It’s not every day you get to see a building in the shape of a giant chicken, let alone one that can get up and walk away. But that’s the delightfully hallucinogenic conceit of a sweet little five-minute animated short from KFC and Wieden + Kennedy, celebrating the renovation of one of its marquee restaurants with a story of a little boy who befriends a roving animatronic fast-food store.
Marietta, Georgia, an Atlanta suburb, is home to The Big Chicken, a KFC franchise famous for its unusual architecture—namely, a towering, 56-foot-tall, angular red hen with mechanical eyes that roll in slow 360 degree circles, and a beak that opens and closes in sync, like some deranged obstacle in an 8-bit video game. After a 12-week, $2.2 million renovation to modernize, The Big Chicken reopened this spring.
Now, the store’s owner—KPB Foods—and KFC agency W+K are out with “Big Chicken. Small Movie,” created by local animation shop Awesome Inc.
A surreal buddy flick, it opens with a young boy somewhat plausibly hugging The Big Chicken, because he apparently loves it, and very plausibly, if sadly, being bullied by his peers for doing so. After drawing various pictures of it—as a Big Chicken Rock Star, and Big Chicken Sphinx, and Big Chicken Super Hero—the boy heads home and goes to bed, only to discover in the morning that the chicken, upon seeing one of said flattering drawings, has followed him and is waiting outside his window.
Camaraderie ensues, as they embark on a series of adventures, bounding through fields and forests, staring at the clouds, and stopping for some boiled peanuts—which apparently, but unsurprisingly, giant chickens love to guzzle.
Meanwhile, back in town, the missing chicken building cause a panic. Townspeople post flyers, cops chatter into radios, online commenters pine for the not-quite-edible edifice to come home.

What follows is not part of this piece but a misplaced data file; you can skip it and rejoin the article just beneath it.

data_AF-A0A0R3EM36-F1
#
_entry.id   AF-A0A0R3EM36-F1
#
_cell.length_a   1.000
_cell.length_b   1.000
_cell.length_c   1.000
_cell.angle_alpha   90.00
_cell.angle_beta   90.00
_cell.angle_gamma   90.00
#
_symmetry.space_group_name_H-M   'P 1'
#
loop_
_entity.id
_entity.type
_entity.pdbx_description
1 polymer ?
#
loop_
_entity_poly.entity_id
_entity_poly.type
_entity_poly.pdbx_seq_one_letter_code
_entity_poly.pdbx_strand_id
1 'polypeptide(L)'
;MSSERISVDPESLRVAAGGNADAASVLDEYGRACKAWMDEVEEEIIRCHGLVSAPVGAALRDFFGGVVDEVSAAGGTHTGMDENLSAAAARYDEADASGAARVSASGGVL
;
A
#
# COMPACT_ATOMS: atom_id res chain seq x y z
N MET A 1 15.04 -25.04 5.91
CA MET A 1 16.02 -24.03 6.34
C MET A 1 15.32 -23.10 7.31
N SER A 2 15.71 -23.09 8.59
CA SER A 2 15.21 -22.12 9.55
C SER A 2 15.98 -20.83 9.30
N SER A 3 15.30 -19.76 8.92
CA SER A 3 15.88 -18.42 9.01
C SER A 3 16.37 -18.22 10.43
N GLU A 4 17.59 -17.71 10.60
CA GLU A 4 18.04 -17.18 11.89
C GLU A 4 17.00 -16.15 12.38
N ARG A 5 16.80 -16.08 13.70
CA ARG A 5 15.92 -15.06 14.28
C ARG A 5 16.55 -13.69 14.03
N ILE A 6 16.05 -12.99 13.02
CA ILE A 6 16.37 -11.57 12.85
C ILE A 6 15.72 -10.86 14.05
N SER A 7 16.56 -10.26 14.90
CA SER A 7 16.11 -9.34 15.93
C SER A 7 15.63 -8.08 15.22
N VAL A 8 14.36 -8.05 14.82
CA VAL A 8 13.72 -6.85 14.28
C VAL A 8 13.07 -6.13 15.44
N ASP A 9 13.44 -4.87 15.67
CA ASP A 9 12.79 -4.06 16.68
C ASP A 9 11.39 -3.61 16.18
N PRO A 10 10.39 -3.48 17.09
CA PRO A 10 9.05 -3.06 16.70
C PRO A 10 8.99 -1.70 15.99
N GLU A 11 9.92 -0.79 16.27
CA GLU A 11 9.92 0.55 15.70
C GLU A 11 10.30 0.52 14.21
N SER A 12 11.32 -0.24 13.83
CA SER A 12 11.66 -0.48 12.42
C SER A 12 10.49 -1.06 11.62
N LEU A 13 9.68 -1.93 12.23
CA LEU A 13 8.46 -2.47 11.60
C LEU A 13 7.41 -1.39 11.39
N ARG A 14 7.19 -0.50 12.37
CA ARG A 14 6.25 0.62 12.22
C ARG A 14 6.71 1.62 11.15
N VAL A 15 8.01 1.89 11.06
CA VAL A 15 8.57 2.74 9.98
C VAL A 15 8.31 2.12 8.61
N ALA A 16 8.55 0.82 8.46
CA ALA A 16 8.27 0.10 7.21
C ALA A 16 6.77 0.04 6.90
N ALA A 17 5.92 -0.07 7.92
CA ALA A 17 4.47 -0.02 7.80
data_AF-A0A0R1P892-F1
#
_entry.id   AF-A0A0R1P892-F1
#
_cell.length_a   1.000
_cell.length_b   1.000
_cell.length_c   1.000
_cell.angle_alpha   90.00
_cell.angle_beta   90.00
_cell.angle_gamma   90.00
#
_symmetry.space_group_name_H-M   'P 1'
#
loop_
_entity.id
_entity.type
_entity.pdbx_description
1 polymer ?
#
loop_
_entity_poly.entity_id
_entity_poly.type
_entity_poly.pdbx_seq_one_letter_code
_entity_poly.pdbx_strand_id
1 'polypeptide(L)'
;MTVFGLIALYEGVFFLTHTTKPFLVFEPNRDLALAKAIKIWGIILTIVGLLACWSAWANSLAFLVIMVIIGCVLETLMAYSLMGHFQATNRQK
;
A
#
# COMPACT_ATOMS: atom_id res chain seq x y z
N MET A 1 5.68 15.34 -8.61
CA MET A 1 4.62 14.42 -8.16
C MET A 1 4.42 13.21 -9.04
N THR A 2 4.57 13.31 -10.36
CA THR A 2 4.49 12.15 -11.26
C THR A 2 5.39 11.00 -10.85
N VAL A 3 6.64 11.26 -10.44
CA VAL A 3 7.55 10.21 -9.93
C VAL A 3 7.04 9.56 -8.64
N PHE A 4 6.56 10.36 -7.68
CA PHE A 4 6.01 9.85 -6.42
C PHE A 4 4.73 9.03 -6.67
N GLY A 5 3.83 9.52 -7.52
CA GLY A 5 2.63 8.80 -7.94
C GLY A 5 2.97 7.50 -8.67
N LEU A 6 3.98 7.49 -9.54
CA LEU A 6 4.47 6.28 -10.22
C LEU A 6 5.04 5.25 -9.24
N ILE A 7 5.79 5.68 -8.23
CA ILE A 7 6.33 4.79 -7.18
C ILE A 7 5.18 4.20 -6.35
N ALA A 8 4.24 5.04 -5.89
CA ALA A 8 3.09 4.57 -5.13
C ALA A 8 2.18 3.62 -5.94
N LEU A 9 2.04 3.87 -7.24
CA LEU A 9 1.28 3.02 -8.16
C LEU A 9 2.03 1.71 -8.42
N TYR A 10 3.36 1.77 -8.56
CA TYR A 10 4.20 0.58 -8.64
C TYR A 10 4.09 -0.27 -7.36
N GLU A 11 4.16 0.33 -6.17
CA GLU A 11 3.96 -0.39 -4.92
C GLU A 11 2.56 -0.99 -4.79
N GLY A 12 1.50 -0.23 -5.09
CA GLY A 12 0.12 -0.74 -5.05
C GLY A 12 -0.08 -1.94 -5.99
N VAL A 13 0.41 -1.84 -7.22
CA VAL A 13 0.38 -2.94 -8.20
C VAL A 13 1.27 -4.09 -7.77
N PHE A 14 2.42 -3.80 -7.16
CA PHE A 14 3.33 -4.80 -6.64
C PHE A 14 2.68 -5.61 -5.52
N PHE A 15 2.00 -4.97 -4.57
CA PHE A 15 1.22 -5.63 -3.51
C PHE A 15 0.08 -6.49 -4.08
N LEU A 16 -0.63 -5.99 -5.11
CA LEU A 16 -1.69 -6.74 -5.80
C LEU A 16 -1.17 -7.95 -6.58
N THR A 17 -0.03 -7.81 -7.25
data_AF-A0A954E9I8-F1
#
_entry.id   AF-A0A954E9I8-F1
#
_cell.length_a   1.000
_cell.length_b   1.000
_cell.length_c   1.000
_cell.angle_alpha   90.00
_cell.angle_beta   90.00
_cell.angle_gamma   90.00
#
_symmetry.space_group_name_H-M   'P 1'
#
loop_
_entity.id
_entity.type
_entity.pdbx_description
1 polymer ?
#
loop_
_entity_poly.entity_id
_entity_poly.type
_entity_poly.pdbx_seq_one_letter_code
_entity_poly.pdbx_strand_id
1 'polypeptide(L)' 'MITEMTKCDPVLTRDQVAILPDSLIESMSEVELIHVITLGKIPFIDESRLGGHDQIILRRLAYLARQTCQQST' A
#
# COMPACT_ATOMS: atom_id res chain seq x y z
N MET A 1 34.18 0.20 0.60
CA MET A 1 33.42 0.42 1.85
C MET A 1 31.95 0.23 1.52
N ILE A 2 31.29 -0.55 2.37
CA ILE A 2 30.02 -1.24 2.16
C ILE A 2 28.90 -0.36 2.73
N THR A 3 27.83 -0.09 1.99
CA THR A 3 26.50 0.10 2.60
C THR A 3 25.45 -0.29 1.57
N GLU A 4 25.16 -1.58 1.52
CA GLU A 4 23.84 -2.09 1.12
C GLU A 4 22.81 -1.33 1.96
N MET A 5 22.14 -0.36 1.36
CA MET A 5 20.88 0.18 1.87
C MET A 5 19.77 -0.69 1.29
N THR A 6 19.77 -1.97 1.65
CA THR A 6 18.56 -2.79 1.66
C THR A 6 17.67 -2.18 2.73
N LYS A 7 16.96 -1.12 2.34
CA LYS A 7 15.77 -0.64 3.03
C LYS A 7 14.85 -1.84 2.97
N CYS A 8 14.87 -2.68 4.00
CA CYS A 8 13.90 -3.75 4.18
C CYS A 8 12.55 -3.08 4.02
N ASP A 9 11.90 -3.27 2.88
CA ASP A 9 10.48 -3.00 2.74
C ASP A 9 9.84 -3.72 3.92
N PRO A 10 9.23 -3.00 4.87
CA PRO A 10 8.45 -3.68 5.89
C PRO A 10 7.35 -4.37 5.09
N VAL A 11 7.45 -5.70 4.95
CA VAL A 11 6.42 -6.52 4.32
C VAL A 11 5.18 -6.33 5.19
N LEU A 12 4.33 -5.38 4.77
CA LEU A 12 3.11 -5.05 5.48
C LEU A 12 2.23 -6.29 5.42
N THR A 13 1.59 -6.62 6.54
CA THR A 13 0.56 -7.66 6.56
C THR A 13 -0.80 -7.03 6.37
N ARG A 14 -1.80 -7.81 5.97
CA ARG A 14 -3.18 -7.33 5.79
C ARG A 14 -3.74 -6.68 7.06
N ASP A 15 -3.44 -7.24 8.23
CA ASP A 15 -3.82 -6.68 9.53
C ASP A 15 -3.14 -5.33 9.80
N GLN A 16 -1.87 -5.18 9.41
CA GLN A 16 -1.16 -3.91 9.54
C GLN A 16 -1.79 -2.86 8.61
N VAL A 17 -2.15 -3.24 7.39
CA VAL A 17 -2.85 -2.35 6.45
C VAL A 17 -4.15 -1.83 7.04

Eventually, word reaches the boy, and the chicken. They march back into town, where the public greets them with a parade, as if they were returning war heroes. Everybody lives happily ever after, screaming and cheering at the restored bird tower, a capitalist twist on a Stalin-esque monument to 10-piece buckets and 11 secret herbs and spices. (Bow to the chicken, puny humans. Bow to the chicken.)
A whimsical metaphor for The Big Chicken’s temporary closure, the film doubles as a nice little parable about the power of imagination to help a lonely kid stretch his artistic talents and have a little fun. The farm-animal vibes can’t but be slightly evocative of Chipotle’s more moralistic, cause-driven animations from a few years back, though the fact that The Big Chicken is a steel structure helps abstract it from the more sinister fact that it represents the creature that the kid will presumably stuff into his face on his next visit to KFC.
Nobody tell him, though.
VP of Marketing, KBP Foods: Anthony Gianino,
Agency: Wieden + Kennedy, Portland, Ore.
Executive Creative Directors: Eric Baldwin, Jason Bagley
Creative Directors: Jason Kreher, Freddie Powell
Copywriter: Mike Egan
Art Directors: Matthew Carroll, Tim Semple
Producer: Blake Carrillo
Production Company: Awesome Inc
Director & Lead Design: Craig Sheldon
Executive Producer: Ashley Kohler
Line Producer: Allison Sanders
Design: Chris Anderson
Lead Storyboard Artist: Craig Sheldon
Storyboard Artists: Guillermo Comin, Billie Liao
Character Design: Sofia Salazar
Animators: Craig Sheldon, Chris Anderson, Joshua Mullinax, Mark McDonald, Edgar Ferrer, Nathan Churney, Jeff DiMaggio
Production Assistant: Titus T. Bug
Editor: Thomas Fine
Studio Manager: Lauren Teasley
Music+Sound Company: Bluetube
Composer: Michael Kohler
Sound Designer: Michael Kohler
Producer: Michael Kohler